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Lena Dunham/Lenny

Lena Dunham doesn’t know what her body looks like any more

In a Lenny essay, Dunham announced that she would no longer allow any of her images to be retouched, saying ‘I don’t recognise my own fucking body anymore. And that’s a problem.’

Only last week, we reported that Lena Dunham – actress, writer and arguably the best-known feminist of her generation – had become embroiled in a dispute with Spanish magazine Tentaciones over whether the magazine had Photoshopped an image of her on its cover. After the magazine claimed that no Photoshop had been used and that Dunham’s own reps had approved the image, the actress gracefully climbed down and issued an apology to the magazine.

Now the actress has addressed the issue in a personal essay in her newsletter Lenny. The piece, called “Retouched by an Angel”, charts Dunham’s complicated relationship with her own body through her growing awareness of how Photoshop was being used to manipulate her image as she achieved fame.

Speaking about her first experiences of retouching, Dunham writes, “When I started getting photographed by professionals to promote my work, it didn’t occur to me to ask about, or to question, the use of Photoshop. I was 24, and whatever they did to make women appear important, desirable and worthy of praise was what I wanted. When my skin seemed almost painted on, when my nose was thin and pointed, I felt grateful for the future Google image search a potential paramour would enjoy, replacing a few candids of me with angry red zits at an indie-film-festival party.”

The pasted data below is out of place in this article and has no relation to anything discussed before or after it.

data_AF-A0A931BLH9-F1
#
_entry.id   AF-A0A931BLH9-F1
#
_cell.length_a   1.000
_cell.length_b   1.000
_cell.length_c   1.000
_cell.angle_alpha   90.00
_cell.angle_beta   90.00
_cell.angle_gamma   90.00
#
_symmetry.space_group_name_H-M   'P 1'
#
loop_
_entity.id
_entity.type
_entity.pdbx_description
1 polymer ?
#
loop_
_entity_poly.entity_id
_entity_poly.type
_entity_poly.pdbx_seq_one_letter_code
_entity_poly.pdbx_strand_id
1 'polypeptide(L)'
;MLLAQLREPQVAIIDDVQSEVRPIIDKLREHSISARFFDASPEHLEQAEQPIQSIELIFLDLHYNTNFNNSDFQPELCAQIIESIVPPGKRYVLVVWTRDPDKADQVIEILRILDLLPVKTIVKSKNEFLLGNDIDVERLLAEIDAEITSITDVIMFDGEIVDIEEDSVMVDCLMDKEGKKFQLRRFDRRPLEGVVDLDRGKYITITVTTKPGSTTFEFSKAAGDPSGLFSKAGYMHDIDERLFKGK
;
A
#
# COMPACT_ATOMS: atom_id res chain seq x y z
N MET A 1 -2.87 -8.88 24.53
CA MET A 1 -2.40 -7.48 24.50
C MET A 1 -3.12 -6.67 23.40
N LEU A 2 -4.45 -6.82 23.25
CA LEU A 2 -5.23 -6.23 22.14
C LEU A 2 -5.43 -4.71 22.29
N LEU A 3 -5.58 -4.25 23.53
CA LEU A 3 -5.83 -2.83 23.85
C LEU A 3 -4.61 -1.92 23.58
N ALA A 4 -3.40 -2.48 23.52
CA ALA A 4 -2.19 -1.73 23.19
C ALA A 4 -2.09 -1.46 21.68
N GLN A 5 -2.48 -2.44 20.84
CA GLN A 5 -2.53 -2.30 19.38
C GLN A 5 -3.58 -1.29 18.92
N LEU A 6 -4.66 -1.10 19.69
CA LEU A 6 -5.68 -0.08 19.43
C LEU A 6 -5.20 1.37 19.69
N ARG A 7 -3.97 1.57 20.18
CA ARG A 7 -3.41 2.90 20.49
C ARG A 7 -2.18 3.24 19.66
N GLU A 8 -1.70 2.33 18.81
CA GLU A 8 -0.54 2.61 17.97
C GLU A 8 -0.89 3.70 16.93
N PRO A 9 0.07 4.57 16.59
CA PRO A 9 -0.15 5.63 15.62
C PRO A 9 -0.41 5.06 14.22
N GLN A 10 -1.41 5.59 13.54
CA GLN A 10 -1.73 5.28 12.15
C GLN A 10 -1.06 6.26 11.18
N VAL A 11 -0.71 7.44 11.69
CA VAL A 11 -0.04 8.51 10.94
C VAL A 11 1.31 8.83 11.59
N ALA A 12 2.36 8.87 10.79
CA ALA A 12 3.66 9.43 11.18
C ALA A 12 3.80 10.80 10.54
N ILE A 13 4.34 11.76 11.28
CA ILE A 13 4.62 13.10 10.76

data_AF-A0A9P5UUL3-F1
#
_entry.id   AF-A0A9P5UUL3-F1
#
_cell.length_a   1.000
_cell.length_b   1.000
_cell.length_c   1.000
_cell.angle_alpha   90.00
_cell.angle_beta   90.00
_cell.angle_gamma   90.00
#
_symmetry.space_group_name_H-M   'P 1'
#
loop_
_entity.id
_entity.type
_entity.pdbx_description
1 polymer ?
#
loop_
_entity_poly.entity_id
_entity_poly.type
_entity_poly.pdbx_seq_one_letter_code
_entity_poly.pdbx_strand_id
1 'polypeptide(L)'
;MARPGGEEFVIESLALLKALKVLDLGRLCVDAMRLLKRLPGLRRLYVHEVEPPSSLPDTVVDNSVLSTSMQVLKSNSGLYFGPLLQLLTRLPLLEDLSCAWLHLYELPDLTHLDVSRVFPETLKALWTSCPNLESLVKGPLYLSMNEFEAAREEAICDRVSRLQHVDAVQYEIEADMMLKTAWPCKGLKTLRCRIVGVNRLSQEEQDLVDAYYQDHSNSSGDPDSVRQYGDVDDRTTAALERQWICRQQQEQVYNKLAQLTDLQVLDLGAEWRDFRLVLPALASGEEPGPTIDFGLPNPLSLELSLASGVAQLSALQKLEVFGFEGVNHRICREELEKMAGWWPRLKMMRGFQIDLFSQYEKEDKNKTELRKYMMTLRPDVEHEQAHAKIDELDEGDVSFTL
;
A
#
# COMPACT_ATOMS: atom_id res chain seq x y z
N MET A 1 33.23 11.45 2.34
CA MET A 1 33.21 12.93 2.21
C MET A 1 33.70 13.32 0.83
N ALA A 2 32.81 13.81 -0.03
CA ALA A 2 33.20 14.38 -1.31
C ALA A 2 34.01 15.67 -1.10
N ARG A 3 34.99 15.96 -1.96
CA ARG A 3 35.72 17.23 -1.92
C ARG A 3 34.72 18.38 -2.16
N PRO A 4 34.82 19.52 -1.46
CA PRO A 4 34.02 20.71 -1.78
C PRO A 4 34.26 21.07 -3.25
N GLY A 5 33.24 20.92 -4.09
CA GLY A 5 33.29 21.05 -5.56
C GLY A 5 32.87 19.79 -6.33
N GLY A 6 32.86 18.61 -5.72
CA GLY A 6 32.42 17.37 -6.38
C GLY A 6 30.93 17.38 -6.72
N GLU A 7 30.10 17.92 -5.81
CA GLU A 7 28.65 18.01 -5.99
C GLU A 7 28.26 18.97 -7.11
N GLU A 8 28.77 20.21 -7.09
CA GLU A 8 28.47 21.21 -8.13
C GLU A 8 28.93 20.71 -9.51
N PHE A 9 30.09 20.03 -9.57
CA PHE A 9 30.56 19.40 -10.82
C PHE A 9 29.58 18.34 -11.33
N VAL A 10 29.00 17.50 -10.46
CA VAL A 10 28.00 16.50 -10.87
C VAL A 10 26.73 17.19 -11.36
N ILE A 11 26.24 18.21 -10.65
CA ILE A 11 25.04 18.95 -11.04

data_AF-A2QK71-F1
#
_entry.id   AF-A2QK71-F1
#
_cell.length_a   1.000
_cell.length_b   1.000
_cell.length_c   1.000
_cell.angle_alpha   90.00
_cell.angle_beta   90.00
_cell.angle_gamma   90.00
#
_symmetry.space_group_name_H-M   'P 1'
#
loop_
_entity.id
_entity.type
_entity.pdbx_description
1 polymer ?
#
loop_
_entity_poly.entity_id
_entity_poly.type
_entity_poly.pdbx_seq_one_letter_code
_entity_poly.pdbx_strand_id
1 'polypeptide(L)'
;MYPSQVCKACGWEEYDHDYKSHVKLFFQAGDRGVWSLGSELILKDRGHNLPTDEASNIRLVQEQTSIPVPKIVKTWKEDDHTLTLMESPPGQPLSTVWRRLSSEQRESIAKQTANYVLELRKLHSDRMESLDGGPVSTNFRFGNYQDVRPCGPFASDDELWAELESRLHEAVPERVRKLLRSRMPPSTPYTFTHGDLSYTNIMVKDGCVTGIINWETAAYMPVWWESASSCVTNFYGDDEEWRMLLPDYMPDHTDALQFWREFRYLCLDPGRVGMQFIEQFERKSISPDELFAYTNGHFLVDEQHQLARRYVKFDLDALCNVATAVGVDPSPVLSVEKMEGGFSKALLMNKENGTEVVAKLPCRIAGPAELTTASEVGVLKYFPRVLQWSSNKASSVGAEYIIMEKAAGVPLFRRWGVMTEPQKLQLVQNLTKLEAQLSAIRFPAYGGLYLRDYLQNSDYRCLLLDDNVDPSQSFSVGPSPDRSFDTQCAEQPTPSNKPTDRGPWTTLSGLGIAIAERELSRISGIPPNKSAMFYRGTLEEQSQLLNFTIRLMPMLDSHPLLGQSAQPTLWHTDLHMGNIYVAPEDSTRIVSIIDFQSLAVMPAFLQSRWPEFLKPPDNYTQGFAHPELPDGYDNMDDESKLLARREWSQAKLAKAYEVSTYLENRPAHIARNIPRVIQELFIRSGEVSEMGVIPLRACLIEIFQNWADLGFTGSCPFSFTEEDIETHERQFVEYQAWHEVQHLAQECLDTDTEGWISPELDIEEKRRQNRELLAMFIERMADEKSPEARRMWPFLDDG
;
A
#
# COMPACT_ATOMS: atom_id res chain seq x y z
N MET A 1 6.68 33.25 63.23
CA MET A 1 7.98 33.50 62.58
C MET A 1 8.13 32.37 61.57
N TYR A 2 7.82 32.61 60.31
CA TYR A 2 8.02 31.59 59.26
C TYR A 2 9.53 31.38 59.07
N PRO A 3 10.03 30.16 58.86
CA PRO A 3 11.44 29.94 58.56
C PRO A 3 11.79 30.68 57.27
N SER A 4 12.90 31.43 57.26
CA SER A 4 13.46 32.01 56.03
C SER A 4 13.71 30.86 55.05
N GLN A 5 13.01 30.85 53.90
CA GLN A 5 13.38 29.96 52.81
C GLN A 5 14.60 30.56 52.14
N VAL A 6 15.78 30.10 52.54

Addressing the controversy after Dunham’s first Vogue cover in 2014 (when Jezebel called out the magazine for excessive use of Photoshopping), Dunham questions, “Was I being called out on the chasm between the goals of my television show and the reality of posing in Vogue in a fancy dress and a support garment? Those were fair lines of inquiry for Jezebel, but it still felt like having the stuffing ripped from my bra at the seventh-grade dance. Would I ever get the chance to just be beautiful, no questions asked?”

Simply by virtue of the fact that she isn’t supermodel-slim, Dunham’s body has frequently been the source of cultural commentary in our society, something she addresses in her essay. “It feels nice to look at a photo of yourself where everything that’s ever felt like too much is suddenly under perfect, glossy control.” As anyone who’s ever deleted an unflattering picture from Facebook will know, it can be difficult to be confronted with an image that highlights your perceived flaws online – and this pressure is magnified immeasurably when you’re in the public eye.

Now, however, Dunham wants to close the gap between “what I believe and what I allow to be done to my image”, saying “(I’m) done with allowing images that retouch and reconfigure my face and body to be released into the world.” What does this mean in practice? “If that means no more fashion-magazine covers, so be it… This body is the only one I have. I love it for what it’s given me. I hate it for what it’s denied me. And now, without further ado, I want to be able to pick my own thigh out of a line-up.”

Given that Dunham remains hugely in-demand, it’s unlikely we’ll be seeing less of her in our magazine covers and online. Which means we should get used to recognising Dunham’s “own fucking body” – imperfections and all.